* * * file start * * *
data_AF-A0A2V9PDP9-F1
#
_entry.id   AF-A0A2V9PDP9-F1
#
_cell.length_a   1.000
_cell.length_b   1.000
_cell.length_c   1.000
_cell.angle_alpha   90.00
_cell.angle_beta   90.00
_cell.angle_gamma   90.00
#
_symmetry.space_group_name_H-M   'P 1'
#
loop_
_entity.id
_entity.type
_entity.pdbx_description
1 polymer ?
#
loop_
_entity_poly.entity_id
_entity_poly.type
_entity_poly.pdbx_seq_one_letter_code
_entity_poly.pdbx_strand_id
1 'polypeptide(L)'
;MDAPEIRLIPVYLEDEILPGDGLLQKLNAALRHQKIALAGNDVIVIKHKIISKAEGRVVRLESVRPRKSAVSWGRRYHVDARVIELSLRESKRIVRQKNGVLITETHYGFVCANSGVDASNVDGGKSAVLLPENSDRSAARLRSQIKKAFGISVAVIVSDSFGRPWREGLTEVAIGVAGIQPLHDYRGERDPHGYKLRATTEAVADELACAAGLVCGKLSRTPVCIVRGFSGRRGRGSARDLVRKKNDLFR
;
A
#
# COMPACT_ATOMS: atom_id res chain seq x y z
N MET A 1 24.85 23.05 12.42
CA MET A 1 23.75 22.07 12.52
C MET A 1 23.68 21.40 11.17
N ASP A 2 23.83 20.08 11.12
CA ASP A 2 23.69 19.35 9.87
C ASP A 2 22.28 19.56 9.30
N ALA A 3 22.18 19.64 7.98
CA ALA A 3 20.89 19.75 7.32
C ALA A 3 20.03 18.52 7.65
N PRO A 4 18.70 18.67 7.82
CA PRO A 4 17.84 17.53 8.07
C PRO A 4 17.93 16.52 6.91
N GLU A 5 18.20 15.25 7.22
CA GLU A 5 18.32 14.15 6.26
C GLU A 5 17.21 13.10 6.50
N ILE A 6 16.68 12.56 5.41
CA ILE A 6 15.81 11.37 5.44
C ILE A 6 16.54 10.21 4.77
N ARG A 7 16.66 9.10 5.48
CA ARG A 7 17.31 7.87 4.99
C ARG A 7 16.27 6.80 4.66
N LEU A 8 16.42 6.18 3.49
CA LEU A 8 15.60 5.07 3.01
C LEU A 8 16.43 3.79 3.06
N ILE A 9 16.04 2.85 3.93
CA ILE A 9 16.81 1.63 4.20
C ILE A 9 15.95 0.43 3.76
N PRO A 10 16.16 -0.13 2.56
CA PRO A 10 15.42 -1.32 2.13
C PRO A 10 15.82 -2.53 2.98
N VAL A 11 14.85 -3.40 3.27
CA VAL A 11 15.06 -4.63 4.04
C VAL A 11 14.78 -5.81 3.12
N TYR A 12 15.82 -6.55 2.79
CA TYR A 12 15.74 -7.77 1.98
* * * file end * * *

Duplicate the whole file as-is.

data_AF-A0A2V9PDP9-F1
#
_entry.id   AF-A0A2V9PDP9-F1
#
_cell.length_a   1.000
_cell.length_b   1.000
_cell.length_c   1.000
_cell.angle_alpha   90.00
_cell.angle_beta   90.00
_cell.angle_gamma   90.00
#
_symmetry.space_group_name_H-M   'P 1'
#
loop_
_entity.id
_entity.type
_entity.pdbx_description
1 polymer ?
#
loop_
_entity_poly.entity_id
_entity_poly.type
_entity_poly.pdbx_seq_one_letter_code
_entity_poly.pdbx_strand_id
1 'polypeptide(L)'
;MDAPEIRLIPVYLEDEILPGDGLLQKLNAALRHQKIALAGNDVIVIKHKIISKAEGRVVRLESVRPRKSAVSWGRRYHVDARVIELSLRESKRIVRQKNGVLITETHYGFVCANSGVDASNVDGGKSAVLLPENSDRSAARLRSQIKKAFGISVAVIVSDSFGRPWREGLTEVAIGVAGIQPLHDYRGERDPHGYKLRATTEAVADELACAAGLVCGKLSRTPVCIVRGFSGRRGRGSARDLVRKKNDLFR
;
A
#
# COMPACT_ATOMS: atom_id res chain seq x y z
N MET A 1 24.85 23.05 12.42
CA MET A 1 23.75 22.07 12.52
C MET A 1 23.68 21.40 11.17
N ASP A 2 23.83 20.08 11.12
CA ASP A 2 23.69 19.35 9.87
C ASP A 2 22.28 19.56 9.30
N ALA A 3 22.18 19.64 7.98
CA ALA A 3 20.89 19.75 7.32
C ALA A 3 20.03 18.52 7.65
N PRO A 4 18.70 18.67 7.82
CA PRO A 4 17.84 17.53 8.07
C PRO A 4 17.93 16.52 6.91
N GLU A 5 18.20 15.25 7.22
CA GLU A 5 18.32 14.15 6.26
C GLU A 5 17.21 13.10 6.50
N ILE A 6 16.68 12.56 5.41
CA ILE A 6 15.81 11.37 5.44
C ILE A 6 16.54 10.21 4.77
N ARG A 7 16.66 9.10 5.48
CA ARG A 7 17.31 7.87 4.99
C ARG A 7 16.27 6.80 4.66
N LEU A 8 16.42 6.18 3.49
CA LEU A 8 15.60 5.07 3.01
C LEU A 8 16.43 3.79 3.06
N ILE A 9 16.04 2.85 3.93
CA ILE A 9 16.81 1.63 4.20
C ILE A 9 15.95 0.43 3.76
N PRO A 10 16.16 -0.13 2.56
CA PRO A 10 15.42 -1.32 2.13
C PRO A 10 15.82 -2.53 2.98
N VAL A 11 14.85 -3.40 3.27
CA VAL A 11 15.06 -4.63 4.04
C VAL A 11 14.78 -5.81 3.12
N TYR A 12 15.82 -6.55 2.79
CA TYR A 12 15.74 -7.77 1.98